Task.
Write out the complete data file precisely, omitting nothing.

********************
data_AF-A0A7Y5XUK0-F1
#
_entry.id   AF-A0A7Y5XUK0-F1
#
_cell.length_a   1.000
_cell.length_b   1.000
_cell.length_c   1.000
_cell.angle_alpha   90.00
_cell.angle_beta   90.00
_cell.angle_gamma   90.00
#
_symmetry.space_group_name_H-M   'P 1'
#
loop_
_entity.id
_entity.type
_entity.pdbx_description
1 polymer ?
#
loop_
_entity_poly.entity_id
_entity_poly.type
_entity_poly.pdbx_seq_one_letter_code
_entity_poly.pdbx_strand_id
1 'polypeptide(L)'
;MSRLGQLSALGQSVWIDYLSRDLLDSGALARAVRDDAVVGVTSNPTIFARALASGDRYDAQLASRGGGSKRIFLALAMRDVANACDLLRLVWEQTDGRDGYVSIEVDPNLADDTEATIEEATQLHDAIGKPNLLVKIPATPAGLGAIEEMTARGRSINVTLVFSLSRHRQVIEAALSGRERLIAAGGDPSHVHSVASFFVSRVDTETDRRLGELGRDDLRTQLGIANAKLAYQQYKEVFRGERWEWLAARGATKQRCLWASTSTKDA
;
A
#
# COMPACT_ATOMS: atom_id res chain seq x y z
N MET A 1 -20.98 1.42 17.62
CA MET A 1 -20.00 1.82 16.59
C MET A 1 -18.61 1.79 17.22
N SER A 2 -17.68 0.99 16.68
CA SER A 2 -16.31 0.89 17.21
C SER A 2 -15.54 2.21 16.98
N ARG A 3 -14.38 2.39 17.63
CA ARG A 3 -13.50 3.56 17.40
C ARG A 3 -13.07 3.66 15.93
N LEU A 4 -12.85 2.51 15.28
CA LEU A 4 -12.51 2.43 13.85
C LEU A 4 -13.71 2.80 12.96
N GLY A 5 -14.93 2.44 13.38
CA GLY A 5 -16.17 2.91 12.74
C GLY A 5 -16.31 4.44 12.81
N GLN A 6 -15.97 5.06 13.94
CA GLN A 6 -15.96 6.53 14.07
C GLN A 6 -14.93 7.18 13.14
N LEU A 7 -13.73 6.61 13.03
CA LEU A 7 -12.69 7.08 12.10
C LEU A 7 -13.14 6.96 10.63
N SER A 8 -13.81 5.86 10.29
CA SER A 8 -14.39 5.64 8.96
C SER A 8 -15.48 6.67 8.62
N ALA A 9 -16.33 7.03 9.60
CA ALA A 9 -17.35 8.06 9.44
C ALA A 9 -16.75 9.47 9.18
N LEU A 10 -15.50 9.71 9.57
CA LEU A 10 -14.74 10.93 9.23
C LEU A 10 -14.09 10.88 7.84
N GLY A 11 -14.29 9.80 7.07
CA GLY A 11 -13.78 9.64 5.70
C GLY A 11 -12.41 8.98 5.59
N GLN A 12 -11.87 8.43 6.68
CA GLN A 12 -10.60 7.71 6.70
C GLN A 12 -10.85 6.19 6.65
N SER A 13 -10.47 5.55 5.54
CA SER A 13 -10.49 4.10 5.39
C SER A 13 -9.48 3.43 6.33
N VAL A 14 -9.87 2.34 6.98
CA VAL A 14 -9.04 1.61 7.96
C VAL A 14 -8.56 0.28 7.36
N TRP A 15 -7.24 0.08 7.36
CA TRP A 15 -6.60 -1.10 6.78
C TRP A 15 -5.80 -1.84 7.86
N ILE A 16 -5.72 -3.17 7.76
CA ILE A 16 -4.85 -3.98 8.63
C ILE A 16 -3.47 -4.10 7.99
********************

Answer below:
data_AF-A0A7Y5XUK0-F1
#
_entry.id   AF-A0A7Y5XUK0-F1
#
_cell.length_a   1.000
_cell.length_b   1.000
_cell.length_c   1.000
_cell.angle_alpha   90.00
_cell.angle_beta   90.00
_cell.angle_gamma   90.00
#
_symmetry.space_group_name_H-M   'P 1'
#
loop_
_entity.id
_entity.type
_entity.pdbx_description
1 polymer ?
#
loop_
_entity_poly.entity_id
_entity_poly.type
_entity_poly.pdbx_seq_one_letter_code
_entity_poly.pdbx_strand_id
1 'polypeptide(L)'
;MSRLGQLSALGQSVWIDYLSRDLLDSGALARAVRDDAVVGVTSNPTIFARALASGDRYDAQLASRGGGSKRIFLALAMRDVANACDLLRLVWEQTDGRDGYVSIEVDPNLADDTEATIEEATQLHDAIGKPNLLVKIPATPAGLGAIEEMTARGRSINVTLVFSLSRHRQVIEAALSGRERLIAAGGDPSHVHSVASFFVSRVDTETDRRLGELGRDDLRTQLGIANAKLAYQQYKEVFRGERWEWLAARGATKQRCLWASTSTKDA
;
A
#
# COMPACT_ATOMS: atom_id res chain seq x y z
N MET A 1 -20.98 1.42 17.62
CA MET A 1 -20.00 1.82 16.59
C MET A 1 -18.61 1.79 17.22
N SER A 2 -17.68 0.99 16.68
CA SER A 2 -16.31 0.89 17.21
C SER A 2 -15.54 2.21 16.98
N ARG A 3 -14.38 2.39 17.63
CA ARG A 3 -13.50 3.56 17.40
C ARG A 3 -13.07 3.66 15.93
N LEU A 4 -12.85 2.51 15.28
CA LEU A 4 -12.51 2.43 13.85
C LEU A 4 -13.71 2.80 12.96
N GLY A 5 -14.93 2.44 13.38
CA GLY A 5 -16.17 2.91 12.74
C GLY A 5 -16.31 4.44 12.81
N GLN A 6 -15.97 5.06 13.94
CA GLN A 6 -15.96 6.53 14.07
C GLN A 6 -14.93 7.18 13.14
N LEU A 7 -13.73 6.61 13.03
CA LEU A 7 -12.69 7.08 12.10
C LEU A 7 -13.14 6.96 10.63
N SER A 8 -13.81 5.86 10.29
CA SER A 8 -14.39 5.64 8.96
C SER A 8 -15.48 6.67 8.62
N ALA A 9 -16.33 7.03 9.60
CA ALA A 9 -17.35 8.06 9.44
C ALA A 9 -16.75 9.47 9.18
N LEU A 10 -15.50 9.71 9.57
CA LEU A 10 -14.74 10.93 9.23
C LEU A 10 -14.09 10.88 7.84
N GLY A 11 -14.29 9.80 7.07
CA GLY A 11 -13.78 9.64 5.70
C GLY A 11 -12.41 8.98 5.59
N GLN A 12 -11.87 8.43 6.68
CA GLN A 12 -10.60 7.71 6.70
C GLN A 12 -10.85 6.19 6.65
N SER A 13 -10.47 5.55 5.54
CA SER A 13 -10.49 4.10 5.39
C SER A 13 -9.48 3.43 6.33
N VAL A 14 -9.87 2.34 6.98
CA VAL A 14 -9.04 1.61 7.96
C VAL A 14 -8.56 0.28 7.36
N TRP A 15 -7.24 0.08 7.36
CA TRP A 15 -6.60 -1.10 6.78
C TRP A 15 -5.80 -1.84 7.86
N ILE A 16 -5.72 -3.17 7.76
CA ILE A 16 -4.85 -3.98 8.63
C ILE A 16 -3.47 -4.10 7.99